For instance, they have a word for the opposite condition, a notorious word that other languages borrowed and English speakers often use without translation:  The word “Schadenfreude” describes the sublime euphoria that suffuses a person when he hears about the misfortune of another.
Here is why I only conceded a “near defeat.”  Based on my admittedly rudimentary familiarity with the anatomy of the German language, I reverse-engineered the contextual meaning of Schadenfreude to arrive at its exact single-word opposite which should be “Verstohlenmitleid.”  It literally means “furtive compassion.” Just nota bene, for posterity, you read it here first and you learned it first from me.
So now instead of simply being immersed in Schadenfreude for the comfort and convenience that my modest and humble abode provide, I am simultaneously engulfed by the overwhelming Verstohlenmitleid on spying anybody brave the frigid landscape.  Ditto on hearing my neighbor cardinals peek and peck their beaks at the window pane from the evergreen holly athwart the garage roof-awning.  Unbridled by conscience or care, I can celebrate with Keats the anticipation of spring:
O thou whose face hath felt the Winter’s wind,
Whose eye has seen the snow-clouds hung in mist,
And the black elm tops ‘mong the freezing stars!
To thee the spring will be a harvest time.
~~John Keats, The Winter’s Wind
It took all of ten days to order the parts and schedule the electrician to install the motor and get ventilation humming again.  It is absolutely amazing how we take for granted the equilibrium of normalcy if it were immune from the perturbation of the unpredictable.  Being jolted once in a while by the unexpected adds spice to the humdrum quietus of accustomed tranquility.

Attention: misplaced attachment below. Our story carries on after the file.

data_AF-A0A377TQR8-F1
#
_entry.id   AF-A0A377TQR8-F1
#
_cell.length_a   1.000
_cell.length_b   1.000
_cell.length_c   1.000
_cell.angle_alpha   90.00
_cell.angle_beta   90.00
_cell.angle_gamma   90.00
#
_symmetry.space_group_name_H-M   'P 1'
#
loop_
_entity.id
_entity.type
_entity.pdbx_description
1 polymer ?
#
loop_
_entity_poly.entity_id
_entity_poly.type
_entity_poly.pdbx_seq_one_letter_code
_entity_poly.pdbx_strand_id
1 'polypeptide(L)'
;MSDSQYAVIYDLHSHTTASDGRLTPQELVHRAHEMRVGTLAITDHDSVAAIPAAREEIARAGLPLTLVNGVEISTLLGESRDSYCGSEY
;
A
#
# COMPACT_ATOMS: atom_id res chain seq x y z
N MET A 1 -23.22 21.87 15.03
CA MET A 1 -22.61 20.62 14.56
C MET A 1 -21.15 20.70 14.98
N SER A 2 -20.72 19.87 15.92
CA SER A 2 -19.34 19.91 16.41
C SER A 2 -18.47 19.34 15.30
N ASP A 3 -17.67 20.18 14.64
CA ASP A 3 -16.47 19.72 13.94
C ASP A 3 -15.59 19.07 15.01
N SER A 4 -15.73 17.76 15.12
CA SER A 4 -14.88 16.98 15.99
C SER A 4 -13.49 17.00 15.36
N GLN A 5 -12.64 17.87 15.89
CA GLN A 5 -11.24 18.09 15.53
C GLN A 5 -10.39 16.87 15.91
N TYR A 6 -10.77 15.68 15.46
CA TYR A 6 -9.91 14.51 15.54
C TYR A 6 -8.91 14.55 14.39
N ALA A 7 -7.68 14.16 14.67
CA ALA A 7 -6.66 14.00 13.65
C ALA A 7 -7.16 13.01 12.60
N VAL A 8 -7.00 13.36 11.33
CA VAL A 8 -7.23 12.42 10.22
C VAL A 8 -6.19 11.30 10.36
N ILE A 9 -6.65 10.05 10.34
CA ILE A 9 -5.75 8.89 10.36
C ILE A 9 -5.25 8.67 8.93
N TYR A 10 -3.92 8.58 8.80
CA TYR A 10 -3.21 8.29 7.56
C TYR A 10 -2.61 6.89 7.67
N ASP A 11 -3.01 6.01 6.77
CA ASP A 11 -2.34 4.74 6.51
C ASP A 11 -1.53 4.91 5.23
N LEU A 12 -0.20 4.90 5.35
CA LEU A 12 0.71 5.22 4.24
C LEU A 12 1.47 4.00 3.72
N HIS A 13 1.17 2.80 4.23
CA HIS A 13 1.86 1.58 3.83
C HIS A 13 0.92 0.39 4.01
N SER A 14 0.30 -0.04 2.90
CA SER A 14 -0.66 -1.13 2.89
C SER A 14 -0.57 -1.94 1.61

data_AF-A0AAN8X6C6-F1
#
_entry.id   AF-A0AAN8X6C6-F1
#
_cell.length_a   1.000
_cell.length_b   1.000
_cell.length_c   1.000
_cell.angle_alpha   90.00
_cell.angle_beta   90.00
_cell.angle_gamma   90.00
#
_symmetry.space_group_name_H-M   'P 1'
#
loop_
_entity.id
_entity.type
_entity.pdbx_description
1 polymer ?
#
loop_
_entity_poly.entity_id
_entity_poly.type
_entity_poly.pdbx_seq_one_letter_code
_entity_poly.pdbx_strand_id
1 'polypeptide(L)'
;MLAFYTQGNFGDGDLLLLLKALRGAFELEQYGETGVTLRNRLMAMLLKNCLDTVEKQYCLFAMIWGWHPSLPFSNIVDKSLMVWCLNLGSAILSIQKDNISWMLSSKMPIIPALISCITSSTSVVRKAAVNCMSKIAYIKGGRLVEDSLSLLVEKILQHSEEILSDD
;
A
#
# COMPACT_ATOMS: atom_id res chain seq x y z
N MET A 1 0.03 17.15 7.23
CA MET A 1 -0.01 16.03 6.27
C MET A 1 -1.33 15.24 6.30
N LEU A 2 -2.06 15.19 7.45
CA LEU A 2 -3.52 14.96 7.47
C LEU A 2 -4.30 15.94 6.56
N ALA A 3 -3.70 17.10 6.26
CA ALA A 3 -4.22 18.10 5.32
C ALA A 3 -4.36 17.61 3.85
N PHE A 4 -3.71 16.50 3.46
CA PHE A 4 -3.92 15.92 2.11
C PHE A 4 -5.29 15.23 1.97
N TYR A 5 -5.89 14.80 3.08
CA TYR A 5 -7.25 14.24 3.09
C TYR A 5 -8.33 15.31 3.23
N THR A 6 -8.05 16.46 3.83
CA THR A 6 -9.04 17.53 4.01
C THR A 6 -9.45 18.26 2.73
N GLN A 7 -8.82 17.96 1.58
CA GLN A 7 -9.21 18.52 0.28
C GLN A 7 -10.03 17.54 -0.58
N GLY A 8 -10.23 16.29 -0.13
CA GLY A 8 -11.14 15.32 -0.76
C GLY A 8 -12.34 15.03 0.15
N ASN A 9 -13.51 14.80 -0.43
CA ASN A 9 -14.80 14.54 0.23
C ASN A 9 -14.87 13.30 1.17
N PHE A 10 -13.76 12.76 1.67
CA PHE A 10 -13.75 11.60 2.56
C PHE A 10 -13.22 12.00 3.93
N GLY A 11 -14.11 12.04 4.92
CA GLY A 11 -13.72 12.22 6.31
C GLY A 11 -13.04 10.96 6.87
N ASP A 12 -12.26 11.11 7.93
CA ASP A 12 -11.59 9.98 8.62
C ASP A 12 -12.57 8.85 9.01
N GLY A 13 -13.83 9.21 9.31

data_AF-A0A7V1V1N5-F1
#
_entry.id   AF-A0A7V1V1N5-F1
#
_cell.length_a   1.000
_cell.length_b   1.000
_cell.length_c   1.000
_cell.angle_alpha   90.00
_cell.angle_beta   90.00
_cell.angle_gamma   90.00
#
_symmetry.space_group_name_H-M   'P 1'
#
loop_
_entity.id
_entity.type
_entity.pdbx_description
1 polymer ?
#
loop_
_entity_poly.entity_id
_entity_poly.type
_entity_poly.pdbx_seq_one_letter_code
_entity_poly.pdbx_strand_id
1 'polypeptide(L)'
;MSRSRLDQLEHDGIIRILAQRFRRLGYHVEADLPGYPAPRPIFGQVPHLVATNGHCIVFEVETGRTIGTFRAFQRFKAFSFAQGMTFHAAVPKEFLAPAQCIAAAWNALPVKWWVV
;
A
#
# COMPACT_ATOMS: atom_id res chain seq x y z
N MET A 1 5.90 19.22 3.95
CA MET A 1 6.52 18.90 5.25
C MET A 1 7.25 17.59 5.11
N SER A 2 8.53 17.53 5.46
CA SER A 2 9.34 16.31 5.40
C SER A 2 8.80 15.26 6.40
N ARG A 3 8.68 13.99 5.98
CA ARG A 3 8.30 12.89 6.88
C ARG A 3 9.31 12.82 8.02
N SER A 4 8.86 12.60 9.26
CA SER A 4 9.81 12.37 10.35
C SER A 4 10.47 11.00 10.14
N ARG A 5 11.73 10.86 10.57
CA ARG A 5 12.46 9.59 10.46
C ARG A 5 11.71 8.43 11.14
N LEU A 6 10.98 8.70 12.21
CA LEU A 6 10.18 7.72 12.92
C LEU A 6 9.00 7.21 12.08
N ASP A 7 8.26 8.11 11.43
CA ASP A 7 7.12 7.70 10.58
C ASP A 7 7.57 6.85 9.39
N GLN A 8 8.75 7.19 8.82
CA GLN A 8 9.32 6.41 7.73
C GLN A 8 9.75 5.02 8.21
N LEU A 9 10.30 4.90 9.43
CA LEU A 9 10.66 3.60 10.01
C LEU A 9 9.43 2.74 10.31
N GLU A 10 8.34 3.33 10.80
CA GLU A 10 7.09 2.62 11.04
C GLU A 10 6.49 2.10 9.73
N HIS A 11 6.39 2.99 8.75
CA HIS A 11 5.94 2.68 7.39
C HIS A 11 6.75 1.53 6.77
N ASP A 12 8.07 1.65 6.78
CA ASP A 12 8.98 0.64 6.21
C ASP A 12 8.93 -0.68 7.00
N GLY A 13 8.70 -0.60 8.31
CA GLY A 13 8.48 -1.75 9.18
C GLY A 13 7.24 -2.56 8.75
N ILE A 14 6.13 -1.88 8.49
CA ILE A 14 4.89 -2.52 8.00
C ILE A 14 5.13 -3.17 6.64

With the Ides of March almost upon us, I do not anticipate any further frigid renderings from the precipitate wrath of Chionê, daughter of Boreas and Oreithyia.  But then again, time was, in the last dozen years that we sojourned in this neck of the woods, there was at least one Thanksgiving Day and one Easter Sunday (not in concurrent season) when snow buried the grass by a couple of inches.
The leaves of grass just started to peek through the compacted frigid mantle.  So, with an unadulterated glee and sympathy I appreciate in awe and wonderment the alacrity and condign composure with which the Fairy Queen endure to abjure connivance with the vagaries that mother nature could conjure.  Consequently, Verstohlenmitleid would afford me the luxury to resonate with Spenser in praise of tenacity and formidable resourcefulness:
Streight, bitter storms and balefull countenance,
  That makes them all to shiuer and to shake:
  Rayne, hayle, and snowe do pay them sad penance,
  And dreadfull thunder-claps (that make them quake)
With flames & flashing lights that thousand changes make.
~~Edmund Spenser, The Mutabilitie Cantos from The Faerie Queene


  1. Spenser also paid homage to the hubris which propel men into action:
    Proud Change (not pleasd, in mortall things,
    beneath the Moone, to raigne)
    Pretends, as well of Gods, as Men,
    to be the Soueraine.

  2. This comment has been removed by the author.

    1. It was only edited and republished. I could not find an edit function so I had to delete and republished below.

  3. In Greek Mythology, Khione, daughter of Boreas and Oreithyia, was the goddess of snow (khiôn).